Haas team principal opens up on F1 decline due to Max Verstappen

Haas team principal Guenther Steiner has addressed the decline in Formula 1's American TV ratings.

While Formula 1 has experienced a surge in popularity in the United States in recent years, concerns have arisen due to the reported dip in American viewership numbers. 

The success of Netflix’s captivating “Drive To Survive” docuseries played a significant role in propelling F1 into the spotlight across the country. 

Recognising the potential of the American market, F1 now plans to host three races in the nation this year.

The maiden US-based event of the year took place in Miami in May, and although on-site attendance demonstrated improvement compared to the inaugural event last season, television viewership figures faced a decline. 

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Notably, broadcaster ABC registered a 25 percent decrease in its audience figures compared to the previous year’s event.

The ongoing F1 campaign has been marked by a sense of predictability, with Red Bull emerging victorious in all 12 races conducted thus far. 

This lack of competitiveness at the forefront of the field has been cited as a possible reason for diminished TV viewership.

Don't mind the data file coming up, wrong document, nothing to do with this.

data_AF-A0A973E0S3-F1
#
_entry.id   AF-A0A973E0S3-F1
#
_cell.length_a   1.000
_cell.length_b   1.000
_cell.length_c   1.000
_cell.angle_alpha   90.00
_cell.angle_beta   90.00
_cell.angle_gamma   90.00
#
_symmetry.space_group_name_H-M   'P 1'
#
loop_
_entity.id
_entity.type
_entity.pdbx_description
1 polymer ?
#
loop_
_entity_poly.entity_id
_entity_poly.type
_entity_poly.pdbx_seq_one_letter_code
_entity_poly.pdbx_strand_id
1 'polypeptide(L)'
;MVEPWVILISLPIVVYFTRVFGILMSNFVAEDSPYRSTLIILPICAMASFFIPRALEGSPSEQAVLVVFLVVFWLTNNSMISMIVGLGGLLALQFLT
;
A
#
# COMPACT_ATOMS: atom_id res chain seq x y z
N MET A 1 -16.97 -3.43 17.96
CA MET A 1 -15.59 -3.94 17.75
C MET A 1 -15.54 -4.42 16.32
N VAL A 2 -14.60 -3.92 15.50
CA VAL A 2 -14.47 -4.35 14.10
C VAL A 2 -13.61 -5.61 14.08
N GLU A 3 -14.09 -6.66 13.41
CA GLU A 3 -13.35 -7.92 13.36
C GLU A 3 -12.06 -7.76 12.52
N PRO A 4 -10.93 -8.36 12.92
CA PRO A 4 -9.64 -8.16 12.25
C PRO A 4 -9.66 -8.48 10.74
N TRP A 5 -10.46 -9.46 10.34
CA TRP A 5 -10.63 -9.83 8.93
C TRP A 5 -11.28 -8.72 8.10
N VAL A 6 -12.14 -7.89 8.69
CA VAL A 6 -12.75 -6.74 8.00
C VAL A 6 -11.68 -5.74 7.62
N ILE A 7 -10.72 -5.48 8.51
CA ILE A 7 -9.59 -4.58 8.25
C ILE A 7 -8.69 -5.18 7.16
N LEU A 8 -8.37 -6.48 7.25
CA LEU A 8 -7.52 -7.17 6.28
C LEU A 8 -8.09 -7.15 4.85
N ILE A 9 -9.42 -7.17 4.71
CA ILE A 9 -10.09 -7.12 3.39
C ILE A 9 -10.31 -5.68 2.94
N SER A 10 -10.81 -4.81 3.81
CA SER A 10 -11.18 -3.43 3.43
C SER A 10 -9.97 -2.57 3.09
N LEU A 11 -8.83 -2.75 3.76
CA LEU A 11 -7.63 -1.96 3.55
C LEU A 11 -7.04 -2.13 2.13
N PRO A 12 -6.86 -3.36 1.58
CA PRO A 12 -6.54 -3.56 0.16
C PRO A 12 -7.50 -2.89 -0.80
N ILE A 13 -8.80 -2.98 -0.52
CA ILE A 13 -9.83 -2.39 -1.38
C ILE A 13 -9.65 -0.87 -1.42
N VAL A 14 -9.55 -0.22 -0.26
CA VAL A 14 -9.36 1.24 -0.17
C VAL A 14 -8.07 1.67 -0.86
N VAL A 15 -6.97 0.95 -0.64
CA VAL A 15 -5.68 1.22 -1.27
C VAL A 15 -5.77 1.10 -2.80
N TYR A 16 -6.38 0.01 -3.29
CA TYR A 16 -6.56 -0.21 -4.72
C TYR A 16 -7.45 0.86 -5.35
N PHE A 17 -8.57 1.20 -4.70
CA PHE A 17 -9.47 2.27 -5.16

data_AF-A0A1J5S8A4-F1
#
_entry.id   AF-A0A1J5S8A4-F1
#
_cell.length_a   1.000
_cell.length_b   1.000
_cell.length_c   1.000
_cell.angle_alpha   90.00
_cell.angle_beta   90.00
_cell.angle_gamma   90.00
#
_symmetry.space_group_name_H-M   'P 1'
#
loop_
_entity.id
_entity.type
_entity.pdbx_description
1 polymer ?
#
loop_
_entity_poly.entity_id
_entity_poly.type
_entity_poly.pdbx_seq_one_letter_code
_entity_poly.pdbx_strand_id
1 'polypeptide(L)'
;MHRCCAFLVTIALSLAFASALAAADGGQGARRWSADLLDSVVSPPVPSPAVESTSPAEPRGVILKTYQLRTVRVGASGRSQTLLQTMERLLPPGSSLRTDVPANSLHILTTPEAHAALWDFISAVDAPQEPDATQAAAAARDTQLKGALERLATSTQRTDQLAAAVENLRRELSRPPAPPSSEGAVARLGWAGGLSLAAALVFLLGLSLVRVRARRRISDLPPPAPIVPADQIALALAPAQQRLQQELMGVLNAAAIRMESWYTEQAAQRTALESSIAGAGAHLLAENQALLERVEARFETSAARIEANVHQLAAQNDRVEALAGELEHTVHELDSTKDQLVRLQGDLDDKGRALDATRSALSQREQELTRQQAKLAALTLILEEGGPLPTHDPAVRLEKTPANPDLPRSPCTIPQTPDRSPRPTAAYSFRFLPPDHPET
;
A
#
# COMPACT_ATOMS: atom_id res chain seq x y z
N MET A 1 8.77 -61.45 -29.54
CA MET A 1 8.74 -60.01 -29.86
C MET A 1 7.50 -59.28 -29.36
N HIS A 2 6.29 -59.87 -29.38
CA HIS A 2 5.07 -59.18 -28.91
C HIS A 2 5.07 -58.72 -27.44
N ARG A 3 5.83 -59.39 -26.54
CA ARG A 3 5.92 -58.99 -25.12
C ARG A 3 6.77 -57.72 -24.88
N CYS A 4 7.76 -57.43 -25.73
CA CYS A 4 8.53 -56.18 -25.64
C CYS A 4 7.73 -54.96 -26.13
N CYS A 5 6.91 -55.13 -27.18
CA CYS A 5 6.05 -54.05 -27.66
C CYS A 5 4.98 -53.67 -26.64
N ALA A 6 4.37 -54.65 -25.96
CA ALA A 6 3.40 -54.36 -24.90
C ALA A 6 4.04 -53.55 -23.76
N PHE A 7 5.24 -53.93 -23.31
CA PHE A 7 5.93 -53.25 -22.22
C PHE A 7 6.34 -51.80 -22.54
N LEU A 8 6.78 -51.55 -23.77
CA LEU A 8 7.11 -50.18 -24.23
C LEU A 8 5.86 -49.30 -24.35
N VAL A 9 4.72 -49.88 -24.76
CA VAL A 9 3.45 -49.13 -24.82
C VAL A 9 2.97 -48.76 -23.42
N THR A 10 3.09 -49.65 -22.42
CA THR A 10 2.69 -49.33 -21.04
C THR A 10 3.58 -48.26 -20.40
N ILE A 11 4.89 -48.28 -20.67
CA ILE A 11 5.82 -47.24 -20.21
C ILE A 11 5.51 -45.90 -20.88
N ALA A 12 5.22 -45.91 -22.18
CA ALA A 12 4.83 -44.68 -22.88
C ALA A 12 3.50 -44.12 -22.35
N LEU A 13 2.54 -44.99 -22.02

Guenther Steiner, the team principal of American F1 outfit Haas, appears unruffled by the reported drop in viewership. 

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Addressing the issue, Steiner stated, “I think TV ratings is one of these things – I’m not an expert on TV ratings and TV, so don’t take my word as the gospel here.”

Acknowledging the shifting landscape of media consumption, particularly among younger demographics, Steiner emphasised that traditional TV metrics might not be fully indicative of viewership trends. 

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He shared insights from discussions with experts in the field, noting, “But I think there’s a lot of things watched now not on TV, especially young people, and I think there is not a real instrument yet to measure this.”

Steiner further highlighted the need for a more contemporary approach to gauging audience engagement. “As I said, I’m not the guru of TV ratings, but I just spoke with some people who know about stuff and they said they think we need to go to a more current way to measure eyeballs on a race.”

Having already raced in Miami, Formula 1 will return to America at the Circuit of the Americas in October and Las Vegas in November.